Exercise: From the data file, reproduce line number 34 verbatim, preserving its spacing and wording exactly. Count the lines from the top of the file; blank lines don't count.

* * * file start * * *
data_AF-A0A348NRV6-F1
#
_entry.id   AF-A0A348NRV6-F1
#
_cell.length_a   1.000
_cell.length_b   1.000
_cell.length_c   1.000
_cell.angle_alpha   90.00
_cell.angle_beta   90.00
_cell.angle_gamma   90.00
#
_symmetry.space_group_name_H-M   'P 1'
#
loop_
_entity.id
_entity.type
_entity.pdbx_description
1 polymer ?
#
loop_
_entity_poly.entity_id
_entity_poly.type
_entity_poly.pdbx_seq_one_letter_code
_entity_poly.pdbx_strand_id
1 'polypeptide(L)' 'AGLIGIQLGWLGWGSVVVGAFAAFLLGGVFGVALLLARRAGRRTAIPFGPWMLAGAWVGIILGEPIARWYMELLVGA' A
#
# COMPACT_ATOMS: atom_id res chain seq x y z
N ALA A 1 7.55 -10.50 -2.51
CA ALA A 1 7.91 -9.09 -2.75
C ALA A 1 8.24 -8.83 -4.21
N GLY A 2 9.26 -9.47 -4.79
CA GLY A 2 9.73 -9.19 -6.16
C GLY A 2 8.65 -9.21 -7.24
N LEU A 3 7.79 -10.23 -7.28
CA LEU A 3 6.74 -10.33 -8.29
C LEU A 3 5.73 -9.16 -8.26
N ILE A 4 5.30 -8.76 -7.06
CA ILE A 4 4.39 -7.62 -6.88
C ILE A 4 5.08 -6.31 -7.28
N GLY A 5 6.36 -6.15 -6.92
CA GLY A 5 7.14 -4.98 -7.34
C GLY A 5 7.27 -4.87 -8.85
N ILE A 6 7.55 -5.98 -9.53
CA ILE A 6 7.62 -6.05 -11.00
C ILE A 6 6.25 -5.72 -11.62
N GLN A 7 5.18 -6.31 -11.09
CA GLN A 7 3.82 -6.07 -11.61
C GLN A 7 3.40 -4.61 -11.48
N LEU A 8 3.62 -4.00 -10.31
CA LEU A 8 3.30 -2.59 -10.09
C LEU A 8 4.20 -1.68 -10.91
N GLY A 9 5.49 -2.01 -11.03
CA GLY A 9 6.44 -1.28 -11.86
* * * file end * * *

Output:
N LEU A 3 7.79 -10.23 -7.28